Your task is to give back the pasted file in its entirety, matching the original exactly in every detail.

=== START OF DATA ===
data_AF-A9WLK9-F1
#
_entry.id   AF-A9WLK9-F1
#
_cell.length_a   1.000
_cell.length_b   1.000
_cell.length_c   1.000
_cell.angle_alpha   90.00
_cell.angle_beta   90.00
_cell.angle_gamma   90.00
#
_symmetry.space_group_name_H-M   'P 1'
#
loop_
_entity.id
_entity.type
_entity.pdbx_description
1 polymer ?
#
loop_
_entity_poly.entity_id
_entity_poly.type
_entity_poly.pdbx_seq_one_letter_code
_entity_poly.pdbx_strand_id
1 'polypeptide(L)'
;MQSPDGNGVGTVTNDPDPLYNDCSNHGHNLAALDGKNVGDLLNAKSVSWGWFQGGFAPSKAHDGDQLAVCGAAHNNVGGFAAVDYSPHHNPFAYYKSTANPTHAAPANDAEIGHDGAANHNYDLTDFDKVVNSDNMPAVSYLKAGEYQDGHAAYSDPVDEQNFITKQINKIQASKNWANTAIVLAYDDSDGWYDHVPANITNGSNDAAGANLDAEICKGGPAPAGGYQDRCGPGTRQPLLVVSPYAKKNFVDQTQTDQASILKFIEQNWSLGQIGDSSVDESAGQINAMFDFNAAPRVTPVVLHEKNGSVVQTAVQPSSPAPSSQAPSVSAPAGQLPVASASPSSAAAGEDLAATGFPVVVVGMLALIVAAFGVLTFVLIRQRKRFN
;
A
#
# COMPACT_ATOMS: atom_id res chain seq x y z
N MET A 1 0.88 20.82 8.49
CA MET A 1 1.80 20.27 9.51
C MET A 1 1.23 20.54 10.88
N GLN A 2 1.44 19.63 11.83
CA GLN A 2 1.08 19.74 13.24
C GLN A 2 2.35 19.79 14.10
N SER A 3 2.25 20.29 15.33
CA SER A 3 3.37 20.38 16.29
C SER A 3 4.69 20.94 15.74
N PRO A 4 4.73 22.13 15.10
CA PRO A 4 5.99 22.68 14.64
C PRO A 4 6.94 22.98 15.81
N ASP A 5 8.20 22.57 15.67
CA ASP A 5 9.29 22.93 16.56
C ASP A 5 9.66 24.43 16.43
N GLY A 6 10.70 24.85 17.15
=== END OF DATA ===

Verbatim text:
data_AF-A9WLK9-F1
#
_entry.id   AF-A9WLK9-F1
#
_cell.length_a   1.000
_cell.length_b   1.000
_cell.length_c   1.000
_cell.angle_alpha   90.00
_cell.angle_beta   90.00
_cell.angle_gamma   90.00
#
_symmetry.space_group_name_H-M   'P 1'
#
loop_
_entity.id
_entity.type
_entity.pdbx_description
1 polymer ?
#
loop_
_entity_poly.entity_id
_entity_poly.type
_entity_poly.pdbx_seq_one_letter_code
_entity_poly.pdbx_strand_id
1 'polypeptide(L)'
;MQSPDGNGVGTVTNDPDPLYNDCSNHGHNLAALDGKNVGDLLNAKSVSWGWFQGGFAPSKAHDGDQLAVCGAAHNNVGGFAAVDYSPHHNPFAYYKSTANPTHAAPANDAEIGHDGAANHNYDLTDFDKVVNSDNMPAVSYLKAGEYQDGHAAYSDPVDEQNFITKQINKIQASKNWANTAIVLAYDDSDGWYDHVPANITNGSNDAAGANLDAEICKGGPAPAGGYQDRCGPGTRQPLLVVSPYAKKNFVDQTQTDQASILKFIEQNWSLGQIGDSSVDESAGQINAMFDFNAAPRVTPVVLHEKNGSVVQTAVQPSSPAPSSQAPSVSAPAGQLPVASASPSSAAAGEDLAATGFPVVVVGMLALIVAAFGVLTFVLIRQRKRFN
;
A
#
# COMPACT_ATOMS: atom_id res chain seq x y z
N MET A 1 0.88 20.82 8.49
CA MET A 1 1.80 20.27 9.51
C MET A 1 1.23 20.54 10.88
N GLN A 2 1.44 19.63 11.83
CA GLN A 2 1.08 19.74 13.24
C GLN A 2 2.35 19.79 14.10
N SER A 3 2.25 20.29 15.33
CA SER A 3 3.37 20.38 16.29
C SER A 3 4.69 20.94 15.74
N PRO A 4 4.73 22.13 15.10
CA PRO A 4 5.99 22.68 14.64
C PRO A 4 6.94 22.98 15.81
N ASP A 5 8.20 22.57 15.67
CA ASP A 5 9.29 22.93 16.56
C ASP A 5 9.66 24.43 16.43
N GLY A 6 10.70 24.85 17.15